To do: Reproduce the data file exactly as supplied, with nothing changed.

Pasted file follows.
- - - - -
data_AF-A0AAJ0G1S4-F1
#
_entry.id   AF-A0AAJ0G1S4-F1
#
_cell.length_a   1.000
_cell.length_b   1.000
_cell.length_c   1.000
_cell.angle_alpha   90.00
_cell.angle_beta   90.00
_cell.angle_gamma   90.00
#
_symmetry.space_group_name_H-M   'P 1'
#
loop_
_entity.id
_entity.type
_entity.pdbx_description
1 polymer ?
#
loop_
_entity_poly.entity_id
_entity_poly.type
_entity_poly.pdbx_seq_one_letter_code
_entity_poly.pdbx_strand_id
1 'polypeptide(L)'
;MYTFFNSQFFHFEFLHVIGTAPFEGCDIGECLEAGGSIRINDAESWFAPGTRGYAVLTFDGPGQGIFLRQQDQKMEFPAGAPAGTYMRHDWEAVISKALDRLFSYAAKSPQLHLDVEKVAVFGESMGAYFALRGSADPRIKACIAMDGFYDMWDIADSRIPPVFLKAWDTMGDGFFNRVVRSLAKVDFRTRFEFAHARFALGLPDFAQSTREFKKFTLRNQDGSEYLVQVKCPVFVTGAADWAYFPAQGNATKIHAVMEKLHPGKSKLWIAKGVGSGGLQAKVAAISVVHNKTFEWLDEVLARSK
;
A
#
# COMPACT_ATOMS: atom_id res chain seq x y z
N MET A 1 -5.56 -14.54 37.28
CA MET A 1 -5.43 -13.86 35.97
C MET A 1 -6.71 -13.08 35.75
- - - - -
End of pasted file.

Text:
data_AF-A0AAJ0G1S4-F1
#
_entry.id   AF-A0AAJ0G1S4-F1
#
_cell.length_a   1.000
_cell.length_b   1.000
_cell.length_c   1.000
_cell.angle_alpha   90.00
_cell.angle_beta   90.00
_cell.angle_gamma   90.00
#
_symmetry.space_group_name_H-M   'P 1'
#
loop_
_entity.id
_entity.type
_entity.pdbx_description
1 polymer ?
#
loop_
_entity_poly.entity_id
_entity_poly.type
_entity_poly.pdbx_seq_one_letter_code
_entity_poly.pdbx_strand_id
1 'polypeptide(L)'
;MYTFFNSQFFHFEFLHVIGTAPFEGCDIGECLEAGGSIRINDAESWFAPGTRGYAVLTFDGPGQGIFLRQQDQKMEFPAGAPAGTYMRHDWEAVISKALDRLFSYAAKSPQLHLDVEKVAVFGESMGAYFALRGSADPRIKACIAMDGFYDMWDIADSRIPPVFLKAWDTMGDGFFNRVVRSLAKVDFRTRFEFAHARFALGLPDFAQSTREFKKFTLRNQDGSEYLVQVKCPVFVTGAADWAYFPAQGNATKIHAVMEKLHPGKSKLWIAKGVGSGGLQAKVAAISVVHNKTFEWLDEVLARSK
;
A
#
# COMPACT_ATOMS: atom_id res chain seq x y z
N MET A 1 -5.56 -14.54 37.28
CA MET A 1 -5.43 -13.86 35.97
C MET A 1 -6.71 -13.08 35.75